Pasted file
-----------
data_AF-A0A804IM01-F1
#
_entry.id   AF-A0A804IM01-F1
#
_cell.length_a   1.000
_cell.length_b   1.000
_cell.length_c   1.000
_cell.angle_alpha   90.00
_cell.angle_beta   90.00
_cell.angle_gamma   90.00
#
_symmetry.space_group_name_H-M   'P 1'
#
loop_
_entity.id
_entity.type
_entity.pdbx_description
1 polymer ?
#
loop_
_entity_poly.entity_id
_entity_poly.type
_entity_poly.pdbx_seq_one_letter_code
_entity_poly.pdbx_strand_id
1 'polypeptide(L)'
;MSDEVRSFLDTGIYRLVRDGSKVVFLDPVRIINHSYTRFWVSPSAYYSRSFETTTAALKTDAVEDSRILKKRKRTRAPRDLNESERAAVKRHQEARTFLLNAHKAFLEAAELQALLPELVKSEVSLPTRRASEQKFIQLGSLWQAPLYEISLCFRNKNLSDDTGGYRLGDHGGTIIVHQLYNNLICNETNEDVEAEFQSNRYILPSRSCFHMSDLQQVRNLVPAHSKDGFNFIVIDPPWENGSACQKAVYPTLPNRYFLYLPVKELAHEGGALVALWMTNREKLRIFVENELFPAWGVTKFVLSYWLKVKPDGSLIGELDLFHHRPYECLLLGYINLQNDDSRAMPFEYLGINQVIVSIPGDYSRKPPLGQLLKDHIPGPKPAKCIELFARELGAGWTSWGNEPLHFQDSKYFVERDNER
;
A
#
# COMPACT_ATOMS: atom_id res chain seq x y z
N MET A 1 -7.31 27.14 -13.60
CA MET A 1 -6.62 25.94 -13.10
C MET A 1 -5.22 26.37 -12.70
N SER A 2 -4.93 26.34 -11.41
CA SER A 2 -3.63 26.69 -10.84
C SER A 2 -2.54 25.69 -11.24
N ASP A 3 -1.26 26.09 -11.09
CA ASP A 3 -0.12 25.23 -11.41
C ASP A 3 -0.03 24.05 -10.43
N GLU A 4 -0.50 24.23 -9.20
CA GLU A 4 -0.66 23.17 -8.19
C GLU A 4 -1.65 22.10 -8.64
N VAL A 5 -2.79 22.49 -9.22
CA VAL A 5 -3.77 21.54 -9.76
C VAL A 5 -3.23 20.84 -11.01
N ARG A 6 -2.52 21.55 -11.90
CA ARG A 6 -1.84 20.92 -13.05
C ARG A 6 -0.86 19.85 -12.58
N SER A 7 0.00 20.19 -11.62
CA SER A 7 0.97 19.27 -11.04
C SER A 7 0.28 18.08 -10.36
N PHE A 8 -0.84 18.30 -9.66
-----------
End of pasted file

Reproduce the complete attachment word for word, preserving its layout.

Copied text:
data_AF-A0A804IM01-F1
#
_entry.id   AF-A0A804IM01-F1
#
_cell.length_a   1.000
_cell.length_b   1.000
_cell.length_c   1.000
_cell.angle_alpha   90.00
_cell.angle_beta   90.00
_cell.angle_gamma   90.00
#
_symmetry.space_group_name_H-M   'P 1'
#
loop_
_entity.id
_entity.type
_entity.pdbx_description
1 polymer ?
#
loop_
_entity_poly.entity_id
_entity_poly.type
_entity_poly.pdbx_seq_one_letter_code
_entity_poly.pdbx_strand_id
1 'polypeptide(L)'
;MSDEVRSFLDTGIYRLVRDGSKVVFLDPVRIINHSYTRFWVSPSAYYSRSFETTTAALKTDAVEDSRILKKRKRTRAPRDLNESERAAVKRHQEARTFLLNAHKAFLEAAELQALLPELVKSEVSLPTRRASEQKFIQLGSLWQAPLYEISLCFRNKNLSDDTGGYRLGDHGGTIIVHQLYNNLICNETNEDVEAEFQSNRYILPSRSCFHMSDLQQVRNLVPAHSKDGFNFIVIDPPWENGSACQKAVYPTLPNRYFLYLPVKELAHEGGALVALWMTNREKLRIFVENELFPAWGVTKFVLSYWLKVKPDGSLIGELDLFHHRPYECLLLGYINLQNDDSRAMPFEYLGINQVIVSIPGDYSRKPPLGQLLKDHIPGPKPAKCIELFARELGAGWTSWGNEPLHFQDSKYFVERDNER
;
A
#
# COMPACT_ATOMS: atom_id res chain seq x y z
N MET A 1 -7.31 27.14 -13.60
CA MET A 1 -6.62 25.94 -13.10
C MET A 1 -5.22 26.37 -12.70
N SER A 2 -4.93 26.34 -11.41
CA SER A 2 -3.63 26.69 -10.84
C SER A 2 -2.54 25.69 -11.24
N ASP A 3 -1.26 26.09 -11.09
CA ASP A 3 -0.12 25.23 -11.41
C ASP A 3 -0.03 24.05 -10.43
N GLU A 4 -0.50 24.23 -9.20
CA GLU A 4 -0.66 23.17 -8.19
C GLU A 4 -1.65 22.10 -8.64
N VAL A 5 -2.79 22.49 -9.22
CA VAL A 5 -3.77 21.54 -9.76
C VAL A 5 -3.23 20.84 -11.01
N ARG A 6 -2.52 21.55 -11.90
CA ARG A 6 -1.84 20.92 -13.05
C ARG A 6 -0.86 19.85 -12.58
N SER A 7 0.00 20.19 -11.62
CA SER A 7 0.97 19.27 -11.04
C SER A 7 0.28 18.08 -10.36
N PHE A 8 -0.84 18.30 -9.66